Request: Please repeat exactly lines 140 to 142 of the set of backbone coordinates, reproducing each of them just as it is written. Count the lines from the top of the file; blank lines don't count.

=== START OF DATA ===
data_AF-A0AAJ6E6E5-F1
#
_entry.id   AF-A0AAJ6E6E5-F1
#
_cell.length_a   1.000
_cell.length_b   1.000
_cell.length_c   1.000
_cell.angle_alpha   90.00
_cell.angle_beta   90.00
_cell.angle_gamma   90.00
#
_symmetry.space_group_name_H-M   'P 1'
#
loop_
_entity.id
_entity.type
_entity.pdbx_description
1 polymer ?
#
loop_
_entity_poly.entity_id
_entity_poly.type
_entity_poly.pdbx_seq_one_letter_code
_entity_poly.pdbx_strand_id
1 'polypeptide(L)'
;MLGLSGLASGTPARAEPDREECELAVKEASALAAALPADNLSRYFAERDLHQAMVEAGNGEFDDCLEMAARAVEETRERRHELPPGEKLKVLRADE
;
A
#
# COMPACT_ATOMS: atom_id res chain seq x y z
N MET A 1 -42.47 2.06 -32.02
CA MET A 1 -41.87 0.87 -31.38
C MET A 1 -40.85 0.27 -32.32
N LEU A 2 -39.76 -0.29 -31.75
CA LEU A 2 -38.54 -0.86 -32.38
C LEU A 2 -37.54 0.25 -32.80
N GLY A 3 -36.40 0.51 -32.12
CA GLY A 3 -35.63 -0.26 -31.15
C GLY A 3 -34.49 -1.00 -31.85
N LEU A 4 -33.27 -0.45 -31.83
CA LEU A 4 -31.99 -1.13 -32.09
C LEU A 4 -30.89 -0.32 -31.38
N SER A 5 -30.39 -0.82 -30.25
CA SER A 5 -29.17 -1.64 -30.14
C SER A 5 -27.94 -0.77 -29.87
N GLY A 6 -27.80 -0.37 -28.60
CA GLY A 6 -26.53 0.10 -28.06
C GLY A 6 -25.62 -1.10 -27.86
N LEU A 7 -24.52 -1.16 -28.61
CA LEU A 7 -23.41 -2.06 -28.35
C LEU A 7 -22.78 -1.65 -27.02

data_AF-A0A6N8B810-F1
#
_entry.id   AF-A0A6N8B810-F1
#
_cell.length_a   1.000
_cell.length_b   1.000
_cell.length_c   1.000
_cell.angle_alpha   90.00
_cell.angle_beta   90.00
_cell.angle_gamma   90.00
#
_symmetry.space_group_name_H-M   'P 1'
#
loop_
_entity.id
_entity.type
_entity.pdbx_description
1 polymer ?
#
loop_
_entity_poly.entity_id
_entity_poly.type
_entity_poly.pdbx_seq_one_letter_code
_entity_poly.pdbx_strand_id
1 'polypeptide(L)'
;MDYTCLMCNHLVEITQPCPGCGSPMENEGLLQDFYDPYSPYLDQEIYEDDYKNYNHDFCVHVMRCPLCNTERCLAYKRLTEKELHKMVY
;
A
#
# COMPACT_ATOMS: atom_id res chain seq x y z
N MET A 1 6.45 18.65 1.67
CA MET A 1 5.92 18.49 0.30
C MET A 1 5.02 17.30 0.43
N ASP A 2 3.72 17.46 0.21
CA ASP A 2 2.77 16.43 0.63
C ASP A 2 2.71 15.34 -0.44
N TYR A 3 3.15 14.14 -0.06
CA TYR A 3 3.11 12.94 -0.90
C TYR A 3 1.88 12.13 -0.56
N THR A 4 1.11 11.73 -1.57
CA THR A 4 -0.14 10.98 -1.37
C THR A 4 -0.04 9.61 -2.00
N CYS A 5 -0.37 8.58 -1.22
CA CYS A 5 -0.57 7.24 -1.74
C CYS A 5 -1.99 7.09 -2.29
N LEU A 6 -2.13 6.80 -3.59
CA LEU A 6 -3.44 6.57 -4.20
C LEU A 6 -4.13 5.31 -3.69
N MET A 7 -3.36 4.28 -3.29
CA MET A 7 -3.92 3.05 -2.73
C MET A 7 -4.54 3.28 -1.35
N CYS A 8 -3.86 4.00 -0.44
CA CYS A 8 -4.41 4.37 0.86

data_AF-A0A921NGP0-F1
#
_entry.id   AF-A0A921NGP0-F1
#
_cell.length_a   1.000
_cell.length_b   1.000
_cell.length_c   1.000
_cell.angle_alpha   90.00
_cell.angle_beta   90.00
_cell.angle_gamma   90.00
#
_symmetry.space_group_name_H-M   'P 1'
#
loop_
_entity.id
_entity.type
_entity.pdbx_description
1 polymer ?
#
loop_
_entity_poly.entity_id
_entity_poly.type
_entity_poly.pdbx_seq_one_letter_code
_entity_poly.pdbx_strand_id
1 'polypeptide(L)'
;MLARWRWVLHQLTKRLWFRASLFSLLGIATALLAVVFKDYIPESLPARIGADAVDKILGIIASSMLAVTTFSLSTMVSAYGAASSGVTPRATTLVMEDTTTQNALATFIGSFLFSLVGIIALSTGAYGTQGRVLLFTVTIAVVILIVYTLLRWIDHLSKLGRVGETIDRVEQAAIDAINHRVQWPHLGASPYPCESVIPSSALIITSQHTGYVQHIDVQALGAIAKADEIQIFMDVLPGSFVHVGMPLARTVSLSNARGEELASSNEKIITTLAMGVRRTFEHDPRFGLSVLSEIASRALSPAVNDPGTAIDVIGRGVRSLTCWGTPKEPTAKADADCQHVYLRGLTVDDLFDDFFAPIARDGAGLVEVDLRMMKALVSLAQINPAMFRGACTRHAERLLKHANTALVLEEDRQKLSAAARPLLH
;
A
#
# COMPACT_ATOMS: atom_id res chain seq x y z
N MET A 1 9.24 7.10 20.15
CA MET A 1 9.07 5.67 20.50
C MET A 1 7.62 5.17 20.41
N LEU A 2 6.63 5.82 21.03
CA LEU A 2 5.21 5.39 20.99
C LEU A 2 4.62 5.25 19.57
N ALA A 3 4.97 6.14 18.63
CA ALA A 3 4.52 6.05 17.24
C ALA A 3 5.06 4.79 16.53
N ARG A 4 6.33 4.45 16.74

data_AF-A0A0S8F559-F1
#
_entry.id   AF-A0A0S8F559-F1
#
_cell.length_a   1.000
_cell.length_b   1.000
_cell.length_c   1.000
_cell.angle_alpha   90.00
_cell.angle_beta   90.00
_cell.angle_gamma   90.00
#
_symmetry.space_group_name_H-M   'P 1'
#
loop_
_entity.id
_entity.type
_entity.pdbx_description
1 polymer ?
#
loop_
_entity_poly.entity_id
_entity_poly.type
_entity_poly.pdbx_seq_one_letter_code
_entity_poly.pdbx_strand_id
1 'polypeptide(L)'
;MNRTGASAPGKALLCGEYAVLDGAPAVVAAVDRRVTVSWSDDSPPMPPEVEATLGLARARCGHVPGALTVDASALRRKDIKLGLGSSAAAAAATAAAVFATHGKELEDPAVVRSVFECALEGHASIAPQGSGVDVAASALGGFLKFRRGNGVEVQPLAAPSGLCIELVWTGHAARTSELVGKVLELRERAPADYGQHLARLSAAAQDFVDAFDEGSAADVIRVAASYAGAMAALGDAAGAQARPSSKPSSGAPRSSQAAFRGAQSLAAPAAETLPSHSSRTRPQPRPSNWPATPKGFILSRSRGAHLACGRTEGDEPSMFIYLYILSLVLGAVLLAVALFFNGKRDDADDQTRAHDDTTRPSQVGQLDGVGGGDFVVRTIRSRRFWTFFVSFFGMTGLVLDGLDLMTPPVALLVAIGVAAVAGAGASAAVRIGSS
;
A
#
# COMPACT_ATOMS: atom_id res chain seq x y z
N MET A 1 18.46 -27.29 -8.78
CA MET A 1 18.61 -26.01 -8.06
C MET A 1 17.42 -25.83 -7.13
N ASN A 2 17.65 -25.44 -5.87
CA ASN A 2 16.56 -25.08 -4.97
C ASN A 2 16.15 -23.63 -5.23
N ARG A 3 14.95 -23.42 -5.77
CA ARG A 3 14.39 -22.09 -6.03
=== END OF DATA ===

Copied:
C LEU A 2 4.62 5.25 19.57
N ALA A 3 4.97 6.14 18.63
CA ALA A 3 4.52 6.05 17.24